The adaptor plate mates the motor to the transmission. It is constructed of 1/2 inch aluminum & is pre-drilled with bolt hole patterns for both the motor & transmission. An aluminum spacer is also used for proper spacing between the shafts of the transmission & motor. Adaptor plates are available for many cars.
DC Motor Controller
The controller regulates current going to the motor. It is a solid-state device that uses a pulse width modulator (PWM) that sends short bursts of current to the motor at a rate of 15 kHz. Controllers are available from both Curtis & DCP.
The potbox is a 5K ohm throttle between the controller & the accelerator, similar to the way a sewing machine pedal works. The potbox's lever arm is attached to the existing accelerator cable.
An electric relay that serves the same purpose as the ignition switch in a gas car. When the key is turned to the start position, the contactor closes the circuit to allow current to flow to the controller.
A safety device that shuts down power for servicing or during an emergency. The circuit breaker is installed under the hood & can be switched both off & on from the drivers seat with an extension or cable.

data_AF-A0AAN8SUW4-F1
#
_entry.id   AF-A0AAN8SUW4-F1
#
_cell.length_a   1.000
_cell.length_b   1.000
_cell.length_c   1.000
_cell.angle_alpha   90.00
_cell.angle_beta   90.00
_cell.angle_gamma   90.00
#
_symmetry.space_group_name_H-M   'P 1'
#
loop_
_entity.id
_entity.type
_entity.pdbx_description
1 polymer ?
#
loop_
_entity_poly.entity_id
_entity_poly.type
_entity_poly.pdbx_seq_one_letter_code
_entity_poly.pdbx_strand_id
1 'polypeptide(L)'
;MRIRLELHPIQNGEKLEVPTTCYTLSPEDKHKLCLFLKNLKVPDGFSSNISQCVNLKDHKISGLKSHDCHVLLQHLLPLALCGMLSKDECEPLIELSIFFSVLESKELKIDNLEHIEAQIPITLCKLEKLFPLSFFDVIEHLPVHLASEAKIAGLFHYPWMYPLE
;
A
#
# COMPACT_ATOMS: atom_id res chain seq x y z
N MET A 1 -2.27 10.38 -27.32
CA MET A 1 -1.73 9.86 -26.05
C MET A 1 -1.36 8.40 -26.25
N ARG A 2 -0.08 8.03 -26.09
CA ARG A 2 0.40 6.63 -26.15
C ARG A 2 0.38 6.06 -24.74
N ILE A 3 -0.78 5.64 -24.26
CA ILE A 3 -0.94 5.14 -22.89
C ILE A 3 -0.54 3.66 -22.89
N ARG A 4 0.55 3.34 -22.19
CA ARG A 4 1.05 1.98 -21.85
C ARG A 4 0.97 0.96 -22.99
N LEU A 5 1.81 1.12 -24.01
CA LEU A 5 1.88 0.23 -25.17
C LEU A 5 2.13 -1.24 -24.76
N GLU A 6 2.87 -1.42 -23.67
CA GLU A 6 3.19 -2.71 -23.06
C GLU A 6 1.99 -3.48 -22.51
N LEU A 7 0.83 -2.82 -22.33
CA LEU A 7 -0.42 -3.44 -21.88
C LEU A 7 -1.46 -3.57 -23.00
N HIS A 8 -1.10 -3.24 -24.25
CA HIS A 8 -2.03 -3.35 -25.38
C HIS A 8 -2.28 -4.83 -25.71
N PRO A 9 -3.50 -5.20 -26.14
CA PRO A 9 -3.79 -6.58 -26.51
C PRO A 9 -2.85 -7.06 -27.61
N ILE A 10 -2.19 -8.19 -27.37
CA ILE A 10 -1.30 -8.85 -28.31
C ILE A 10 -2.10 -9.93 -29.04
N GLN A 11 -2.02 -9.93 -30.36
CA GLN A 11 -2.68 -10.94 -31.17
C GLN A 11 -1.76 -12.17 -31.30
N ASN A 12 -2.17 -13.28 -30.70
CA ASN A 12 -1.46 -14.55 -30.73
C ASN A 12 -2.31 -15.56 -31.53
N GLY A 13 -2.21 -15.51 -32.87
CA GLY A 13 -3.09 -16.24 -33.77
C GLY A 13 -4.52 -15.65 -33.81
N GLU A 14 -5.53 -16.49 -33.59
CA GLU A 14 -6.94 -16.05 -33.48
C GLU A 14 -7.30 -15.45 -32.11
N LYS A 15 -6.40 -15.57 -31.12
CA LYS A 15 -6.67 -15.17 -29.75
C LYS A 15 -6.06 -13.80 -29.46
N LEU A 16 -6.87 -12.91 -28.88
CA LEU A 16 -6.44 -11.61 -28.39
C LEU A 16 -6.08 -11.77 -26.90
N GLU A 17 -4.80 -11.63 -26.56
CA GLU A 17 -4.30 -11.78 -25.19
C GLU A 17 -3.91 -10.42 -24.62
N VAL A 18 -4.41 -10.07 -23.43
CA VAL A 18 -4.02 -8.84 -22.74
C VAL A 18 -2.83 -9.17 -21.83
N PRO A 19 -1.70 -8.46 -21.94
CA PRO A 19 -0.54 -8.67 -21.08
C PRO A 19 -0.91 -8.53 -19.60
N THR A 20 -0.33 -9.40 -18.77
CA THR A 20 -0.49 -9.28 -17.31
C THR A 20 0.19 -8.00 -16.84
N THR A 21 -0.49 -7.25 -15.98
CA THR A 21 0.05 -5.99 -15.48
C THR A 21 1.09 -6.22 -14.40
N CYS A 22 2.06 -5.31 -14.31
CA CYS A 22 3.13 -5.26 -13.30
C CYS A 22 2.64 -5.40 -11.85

The main fuse protect the system from high voltage spikes. A fuse should be installed at each battery box or group of batteries.
A shunt is placed in series within the wiring as a means to connect meters. Shunts are available in different sizes for both high & low power configurations.
A relay that keeps the circuit open so nobody will inadvertently drive off with the charge cord plugged into the car.
The DC/DC converter is similar in function to a gas car's alternator. It charges the 12 volt accessory battery by chopping voltage from the main battery pack down to 13.5 volts.
Hope this helped, feel free to contact me personally if you have any questions if you’d like assistance in making your first self sufficient steps, I’m willing to walk you step by step threw the process. I’ve written several how-to DIY guides available at www agua-luna com on the subject. I also offer online & on-site workshops, seminars & internships to help others help the environment.
- 4 years ago